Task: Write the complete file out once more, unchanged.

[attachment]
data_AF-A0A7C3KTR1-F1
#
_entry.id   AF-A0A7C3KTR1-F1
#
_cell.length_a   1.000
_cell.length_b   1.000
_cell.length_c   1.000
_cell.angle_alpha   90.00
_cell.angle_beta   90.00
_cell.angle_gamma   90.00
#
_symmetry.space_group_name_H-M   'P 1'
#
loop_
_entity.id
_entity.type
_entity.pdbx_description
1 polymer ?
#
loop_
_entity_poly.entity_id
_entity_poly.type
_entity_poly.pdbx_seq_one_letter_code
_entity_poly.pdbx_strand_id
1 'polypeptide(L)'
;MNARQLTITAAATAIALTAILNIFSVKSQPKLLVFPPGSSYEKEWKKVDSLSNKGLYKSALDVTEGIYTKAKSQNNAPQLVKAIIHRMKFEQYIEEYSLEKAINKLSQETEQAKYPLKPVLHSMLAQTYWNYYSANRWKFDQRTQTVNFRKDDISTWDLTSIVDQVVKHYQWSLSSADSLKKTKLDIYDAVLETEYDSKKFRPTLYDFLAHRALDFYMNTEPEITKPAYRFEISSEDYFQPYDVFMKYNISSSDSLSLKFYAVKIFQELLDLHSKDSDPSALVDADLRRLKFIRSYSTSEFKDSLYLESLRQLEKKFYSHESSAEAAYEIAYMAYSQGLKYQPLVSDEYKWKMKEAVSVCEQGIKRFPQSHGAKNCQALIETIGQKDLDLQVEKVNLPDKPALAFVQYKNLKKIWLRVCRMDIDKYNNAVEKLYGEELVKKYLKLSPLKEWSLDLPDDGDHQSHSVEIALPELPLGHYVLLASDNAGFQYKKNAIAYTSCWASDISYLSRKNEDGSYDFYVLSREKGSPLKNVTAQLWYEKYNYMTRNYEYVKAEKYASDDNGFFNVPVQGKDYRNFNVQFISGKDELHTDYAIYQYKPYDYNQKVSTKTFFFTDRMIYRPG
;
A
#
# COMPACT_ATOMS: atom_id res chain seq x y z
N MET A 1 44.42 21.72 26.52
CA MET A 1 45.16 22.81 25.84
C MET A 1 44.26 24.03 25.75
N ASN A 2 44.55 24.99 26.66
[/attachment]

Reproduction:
data_AF-A0A7C3KTR1-F1
#
_entry.id   AF-A0A7C3KTR1-F1
#
_cell.length_a   1.000
_cell.length_b   1.000
_cell.length_c   1.000
_cell.angle_alpha   90.00
_cell.angle_beta   90.00
_cell.angle_gamma   90.00
#
_symmetry.space_group_name_H-M   'P 1'
#
loop_
_entity.id
_entity.type
_entity.pdbx_description
1 polymer ?
#
loop_
_entity_poly.entity_id
_entity_poly.type
_entity_poly.pdbx_seq_one_letter_code
_entity_poly.pdbx_strand_id
1 'polypeptide(L)'
;MNARQLTITAAATAIALTAILNIFSVKSQPKLLVFPPGSSYEKEWKKVDSLSNKGLYKSALDVTEGIYTKAKSQNNAPQLVKAIIHRMKFEQYIEEYSLEKAINKLSQETEQAKYPLKPVLHSMLAQTYWNYYSANRWKFDQRTQTVNFRKDDISTWDLTSIVDQVVKHYQWSLSSADSLKKTKLDIYDAVLETEYDSKKFRPTLYDFLAHRALDFYMNTEPEITKPAYRFEISSEDYFQPYDVFMKYNISSSDSLSLKFYAVKIFQELLDLHSKDSDPSALVDADLRRLKFIRSYSTSEFKDSLYLESLRQLEKKFYSHESSAEAAYEIAYMAYSQGLKYQPLVSDEYKWKMKEAVSVCEQGIKRFPQSHGAKNCQALIETIGQKDLDLQVEKVNLPDKPALAFVQYKNLKKIWLRVCRMDIDKYNNAVEKLYGEELVKKYLKLSPLKEWSLDLPDDGDHQSHSVEIALPELPLGHYVLLASDNAGFQYKKNAIAYTSCWASDISYLSRKNEDGSYDFYVLSREKGSPLKNVTAQLWYEKYNYMTRNYEYVKAEKYASDDNGFFNVPVQGKDYRNFNVQFISGKDELHTDYAIYQYKPYDYNQKVSTKTFFFTDRMIYRPG
;
A
#
# COMPACT_ATOMS: atom_id res chain seq x y z
N MET A 1 44.42 21.72 26.52
CA MET A 1 45.16 22.81 25.84
C MET A 1 44.26 24.03 25.75
N ASN A 2 44.55 24.99 26.66